What is Paleo/Primal, and Why to Go to a Doctor that Understands It
Paleo (and Primal) lifestyles refer to living like our ancestors did. This does not mean you need to rent a cave to live in and wear animal skins! We as a species have spent many generations becoming optimized to certain foods and activities. We have now drifted away from them, to the detriment of our health. Let me explain.
Humans have been around for about 2 1/2 million years. For most of that time we were nomads, following our food supply. For the most part, we ate a lot of hoofed animals, but not so much plant material. We appeared to be pretty healthy, were tall and strong, but also probably pretty lazy, and only spent a few hours a day hunting, gathering, and sheltering. Our life expectancy was not very high, but that’s because we had a high infant mortality rate and also had a higher rate of dying from infections (no antibiotics) and trauma. But if we lived past those issues, we were generally very healthy in our old age, and had a similar life expectancy to what we have now. BTW – some of this information was extrapolated from knowledge of the health of hunter gatherer tribes which still existed 100 years ago.
Starting about 10,000 years ago, we began settling down, domesticating animals for food and growing crops. We consumed more calories, and began reproducing at a higher rate. But we also started developing diseases of the modern age, such as heart disease, cancer, osteoporosis, autoimmune disorders, even things like appendicitis, gall bladder disease and acne!
Today, when we have epidemics of obesity, diabetes, heart disease, and cancer, many people are looking at where we went wrong, and what we can do to fix it. With all of modern medicine, what have we accomplished? Our infant mortality rate is much lower, and we survive trauma much better. We also don’t die of complications from urinary tract infections and strep throat (at least not often). But aside from that, we are not living any longer, and we are often wracked with pain and disability as we age.
What is so different about how we live now? That’s where Paleo comes in. I don’t have the time nor the space to explain this fully, but there are several key elements.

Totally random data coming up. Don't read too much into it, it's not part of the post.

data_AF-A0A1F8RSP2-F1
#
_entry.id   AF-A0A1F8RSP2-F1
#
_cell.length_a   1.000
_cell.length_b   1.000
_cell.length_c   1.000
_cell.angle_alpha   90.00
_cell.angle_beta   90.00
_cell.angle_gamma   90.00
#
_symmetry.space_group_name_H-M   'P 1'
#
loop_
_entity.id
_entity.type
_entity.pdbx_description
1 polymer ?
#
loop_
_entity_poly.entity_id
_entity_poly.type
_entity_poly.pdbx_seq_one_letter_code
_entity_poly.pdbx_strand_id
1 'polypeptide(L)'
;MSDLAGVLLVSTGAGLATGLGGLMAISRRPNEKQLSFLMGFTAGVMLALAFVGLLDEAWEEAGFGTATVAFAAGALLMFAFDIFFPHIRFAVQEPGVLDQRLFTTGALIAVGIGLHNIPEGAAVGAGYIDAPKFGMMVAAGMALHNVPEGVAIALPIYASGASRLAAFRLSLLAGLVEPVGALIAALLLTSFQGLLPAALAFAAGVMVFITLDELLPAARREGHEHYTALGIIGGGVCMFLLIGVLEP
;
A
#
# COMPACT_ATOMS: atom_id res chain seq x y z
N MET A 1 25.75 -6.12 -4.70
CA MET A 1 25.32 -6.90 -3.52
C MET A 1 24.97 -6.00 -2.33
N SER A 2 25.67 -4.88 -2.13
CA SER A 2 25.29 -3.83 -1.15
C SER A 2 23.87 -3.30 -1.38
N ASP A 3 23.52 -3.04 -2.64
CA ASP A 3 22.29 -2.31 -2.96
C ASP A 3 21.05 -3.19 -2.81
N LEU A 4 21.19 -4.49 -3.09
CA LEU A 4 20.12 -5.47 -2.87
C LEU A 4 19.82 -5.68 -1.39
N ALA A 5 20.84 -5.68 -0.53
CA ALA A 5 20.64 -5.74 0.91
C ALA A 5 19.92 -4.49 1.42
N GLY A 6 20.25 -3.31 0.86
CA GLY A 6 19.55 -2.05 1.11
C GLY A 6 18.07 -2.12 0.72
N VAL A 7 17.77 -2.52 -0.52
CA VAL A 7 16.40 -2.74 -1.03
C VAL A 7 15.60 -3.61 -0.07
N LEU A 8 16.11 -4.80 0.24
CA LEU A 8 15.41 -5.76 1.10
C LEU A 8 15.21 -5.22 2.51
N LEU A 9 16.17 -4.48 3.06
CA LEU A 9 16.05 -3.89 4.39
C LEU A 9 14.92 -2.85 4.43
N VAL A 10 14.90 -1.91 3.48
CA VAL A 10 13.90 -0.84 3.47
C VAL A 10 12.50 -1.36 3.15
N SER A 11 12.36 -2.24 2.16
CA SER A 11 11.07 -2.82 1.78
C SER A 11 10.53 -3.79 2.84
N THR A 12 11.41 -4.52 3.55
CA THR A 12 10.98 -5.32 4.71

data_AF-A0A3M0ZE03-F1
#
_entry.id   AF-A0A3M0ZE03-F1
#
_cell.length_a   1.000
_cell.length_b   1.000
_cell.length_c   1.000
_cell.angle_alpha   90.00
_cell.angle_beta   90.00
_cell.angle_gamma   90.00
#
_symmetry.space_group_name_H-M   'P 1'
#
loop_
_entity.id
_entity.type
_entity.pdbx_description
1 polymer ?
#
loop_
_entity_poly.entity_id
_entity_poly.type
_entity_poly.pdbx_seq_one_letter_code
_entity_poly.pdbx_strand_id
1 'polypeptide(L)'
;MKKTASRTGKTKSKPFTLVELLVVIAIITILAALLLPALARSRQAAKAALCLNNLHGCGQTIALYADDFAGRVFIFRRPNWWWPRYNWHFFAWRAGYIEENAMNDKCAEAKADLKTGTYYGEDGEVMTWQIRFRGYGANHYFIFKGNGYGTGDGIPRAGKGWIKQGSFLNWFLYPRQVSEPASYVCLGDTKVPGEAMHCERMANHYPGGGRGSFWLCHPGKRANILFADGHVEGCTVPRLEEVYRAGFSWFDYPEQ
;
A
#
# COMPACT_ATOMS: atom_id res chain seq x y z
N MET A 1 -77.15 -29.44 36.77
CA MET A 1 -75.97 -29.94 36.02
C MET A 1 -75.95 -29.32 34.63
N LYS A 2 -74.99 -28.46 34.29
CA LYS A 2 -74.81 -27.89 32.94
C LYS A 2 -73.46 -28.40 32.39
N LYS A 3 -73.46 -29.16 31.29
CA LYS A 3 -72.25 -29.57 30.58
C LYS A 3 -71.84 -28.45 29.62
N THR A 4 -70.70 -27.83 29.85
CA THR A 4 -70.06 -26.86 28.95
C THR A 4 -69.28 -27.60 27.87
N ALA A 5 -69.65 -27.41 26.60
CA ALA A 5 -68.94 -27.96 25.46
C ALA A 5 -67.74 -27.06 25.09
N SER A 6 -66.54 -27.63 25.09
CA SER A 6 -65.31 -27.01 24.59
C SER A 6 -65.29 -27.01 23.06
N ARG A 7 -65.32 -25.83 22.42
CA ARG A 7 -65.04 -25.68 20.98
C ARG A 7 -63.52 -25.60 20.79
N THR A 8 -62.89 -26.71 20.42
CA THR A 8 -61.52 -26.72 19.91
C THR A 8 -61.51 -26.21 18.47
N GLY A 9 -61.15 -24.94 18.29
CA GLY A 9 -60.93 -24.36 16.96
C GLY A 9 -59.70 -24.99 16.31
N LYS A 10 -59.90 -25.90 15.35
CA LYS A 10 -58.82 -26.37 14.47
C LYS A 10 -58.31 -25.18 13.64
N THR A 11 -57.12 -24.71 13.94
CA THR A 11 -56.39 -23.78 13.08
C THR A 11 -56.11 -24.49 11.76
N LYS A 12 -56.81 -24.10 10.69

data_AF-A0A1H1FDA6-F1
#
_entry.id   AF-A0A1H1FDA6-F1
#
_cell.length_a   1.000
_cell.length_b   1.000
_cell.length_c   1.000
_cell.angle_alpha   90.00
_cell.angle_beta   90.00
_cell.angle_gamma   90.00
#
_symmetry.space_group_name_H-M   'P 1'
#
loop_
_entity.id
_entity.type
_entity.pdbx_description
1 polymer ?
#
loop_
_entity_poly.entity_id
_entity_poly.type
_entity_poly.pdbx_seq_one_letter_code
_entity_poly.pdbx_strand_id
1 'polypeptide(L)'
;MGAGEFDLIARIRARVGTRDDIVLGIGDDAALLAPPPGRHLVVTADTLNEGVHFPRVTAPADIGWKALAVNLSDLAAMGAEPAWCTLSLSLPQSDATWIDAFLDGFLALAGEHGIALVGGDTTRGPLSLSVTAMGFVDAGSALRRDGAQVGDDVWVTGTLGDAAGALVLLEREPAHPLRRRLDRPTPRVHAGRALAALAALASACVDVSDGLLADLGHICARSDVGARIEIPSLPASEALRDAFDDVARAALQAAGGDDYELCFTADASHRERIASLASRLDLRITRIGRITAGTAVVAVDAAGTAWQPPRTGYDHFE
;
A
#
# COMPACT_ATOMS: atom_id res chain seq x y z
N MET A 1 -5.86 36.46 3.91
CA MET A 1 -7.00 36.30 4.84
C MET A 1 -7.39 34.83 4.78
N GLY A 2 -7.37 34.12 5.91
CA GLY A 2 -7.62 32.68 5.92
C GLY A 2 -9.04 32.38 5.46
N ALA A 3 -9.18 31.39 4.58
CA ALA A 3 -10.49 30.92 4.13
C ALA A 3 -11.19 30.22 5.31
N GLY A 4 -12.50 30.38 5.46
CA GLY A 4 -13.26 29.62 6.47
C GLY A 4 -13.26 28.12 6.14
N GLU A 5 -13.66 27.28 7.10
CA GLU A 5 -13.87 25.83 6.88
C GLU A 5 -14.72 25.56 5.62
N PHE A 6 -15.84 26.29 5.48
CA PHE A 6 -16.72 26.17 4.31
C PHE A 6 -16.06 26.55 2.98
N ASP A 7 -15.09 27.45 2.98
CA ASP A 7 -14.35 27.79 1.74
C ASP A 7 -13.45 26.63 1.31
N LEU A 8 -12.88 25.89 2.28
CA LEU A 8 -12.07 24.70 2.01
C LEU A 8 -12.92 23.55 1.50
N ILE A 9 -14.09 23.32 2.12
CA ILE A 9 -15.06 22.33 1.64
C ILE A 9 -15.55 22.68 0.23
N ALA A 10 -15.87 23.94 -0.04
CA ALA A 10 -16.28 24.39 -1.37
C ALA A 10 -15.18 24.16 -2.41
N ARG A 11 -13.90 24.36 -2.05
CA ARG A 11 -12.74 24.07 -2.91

The most important element is diet. Ancient man (and woman) did not eat grains, legumes or dairy. Potatoes were inedible, and sugar did not exist. The tribe would take down an animal, maybe a mastodon or a rhino or a pig, and eat the entire thing raw. The meat itself would have been lean, but they would have eaten all the organs including the marrow, making the entire meal fairly high in fat. We would have eaten our fill, then when we got hungry again, we’d take down another animal. (No 6 small meals a day!)
Edible vegetation would have been less available. Those that tasted good (like fruits) would have been smaller and less sweet than we have now, and also only ripe and available for a very short period during the year. Many vegetables would have been bitter and/or toxic. Also, we would not have hunted a mastodon and milked it, and even if we’d found some milk, we would have lost our ability to process milk sugars once we were past weaning age for human milk (generally age 3-6 years).
Our diet would have consisted mostly of animal products, some vegetables and fruits when they were ripe. We probably did a fair amount of walking and ran only when we were running after prey, or away from predators. We lifted and squatted and threw things. And we were apparently quite healthy.
For young people, trying to follow the paleo or primal lifestyle should hopefully give them a long healthy life. Using modern medicine judiciously should help assure they don’t succumb to their ancestors’ nemeses of infection, trauma or early death in childbirth.
Unfortunately for those of us who are little older, we may need a little more help. Because we often have done irreparable damage (through misguided advice we may have followed so far), diet and general lifestyle changes may not be enough. We may need some help from modern medicine to keep us healthy and prevent premature death. But we also don’t want to be over treated, and to inadvertently make us worse off by taking medications, which are too aggressive and cause adverse effects.
So, why would you want to see a physician that understands paleo/primal?
There is a fine line between too much and too little medical care. I try to balance that fine line, looking at the risk vs. benefit ratio for each intervention I do with my patients. You don’t need antibiotics every time you get a cold, but it would be stupid not to treat a significant infection with antibiotics and die of sepsis. Not everyone needs medication for their cholesterol, but there are clearly people alive today who would be dead if they hadn’t been on those medications.
My job is to work with you by advising you which interventions are most beneficial to you. We do that by discussing the risks and benefits of each therapy. Some aspects of the paleo/primal diet conflict with recommended guidelines. As a physician with 2+ decades experience, I’ve learned what tends to work and what doesn’t, and we can decide together to achieve meaningful goals.
I do specialized testing (like the Advanced Lipid testing and CIMT for heart disease) so we can get a better idea of what your risk really is, before I recommend a treatment. I listen to you, so we can try to fit any treatment recommendations into your lifestyle. And most importantly, I follow many of the same recommendations I give you, so I know what is involved.
The goal I have for all my patients is to live a healthy long life, requiring as few medical interventions (including pills) as possible. If that is also your goal, then we should talk.
Copyright 2017 Jasmine Moghissi, MD,PC.